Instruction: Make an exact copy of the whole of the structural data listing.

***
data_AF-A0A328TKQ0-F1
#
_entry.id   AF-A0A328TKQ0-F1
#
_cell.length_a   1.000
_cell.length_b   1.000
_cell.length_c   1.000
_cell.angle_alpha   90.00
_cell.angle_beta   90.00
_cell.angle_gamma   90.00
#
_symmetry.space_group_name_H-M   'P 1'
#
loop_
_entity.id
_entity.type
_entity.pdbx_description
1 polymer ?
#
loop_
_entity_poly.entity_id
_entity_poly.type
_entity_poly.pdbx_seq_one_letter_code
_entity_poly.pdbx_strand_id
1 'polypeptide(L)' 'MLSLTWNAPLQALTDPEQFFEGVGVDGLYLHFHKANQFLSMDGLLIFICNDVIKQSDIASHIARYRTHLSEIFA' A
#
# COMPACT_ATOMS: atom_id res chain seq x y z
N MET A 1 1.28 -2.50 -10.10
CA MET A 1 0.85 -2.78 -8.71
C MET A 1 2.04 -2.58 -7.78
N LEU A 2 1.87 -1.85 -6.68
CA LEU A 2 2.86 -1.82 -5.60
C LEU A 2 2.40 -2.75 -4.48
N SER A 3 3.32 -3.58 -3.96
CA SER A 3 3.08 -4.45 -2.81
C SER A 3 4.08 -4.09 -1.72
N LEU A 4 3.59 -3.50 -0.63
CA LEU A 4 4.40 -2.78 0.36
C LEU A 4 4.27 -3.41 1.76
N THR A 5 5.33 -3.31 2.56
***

data_AF-A0A328TKQ0-F1
#
_entry.id   AF-A0A328TKQ0-F1
#
_cell.length_a   1.000
_cell.length_b   1.000
_cell.length_c   1.000
_cell.angle_alpha   90.00
_cell.angle_beta   90.00
_cell.angle_gamma   90.00
#
_symmetry.space_group_name_H-M   'P 1'
#
loop_
_entity.id
_entity.type
_entity.pdbx_description
1 polymer ?
#
loop_
_entity_poly.entity_id
_entity_poly.type
_entity_poly.pdbx_seq_one_letter_code
_entity_poly.pdbx_strand_id
1 'polypeptide(L)' 'MLSLTWNAPLQALTDPEQFFEGVGVDGLYLHFHKANQFLSMDGLLIFICNDVIKQSDIASHIARYRTHLSEIFA' A
#
# COMPACT_ATOMS: atom_id res chain seq x y z
N MET A 1 1.28 -2.50 -10.10
CA MET A 1 0.85 -2.78 -8.71
C MET A 1 2.04 -2.58 -7.78
N LEU A 2 1.87 -1.85 -6.68
CA LEU A 2 2.86 -1.82 -5.60
C LEU A 2 2.40 -2.75 -4.48
N SER A 3 3.32 -3.58 -3.96
CA SER A 3 3.08 -4.45 -2.81
C SER A 3 4.08 -4.09 -1.72
N LEU A 4 3.59 -3.50 -0.63
CA LEU A 4 4.40 -2.78 0.36
C LEU A 4 4.27 -3.41 1.76
N THR A 5 5.33 -3.31 2.56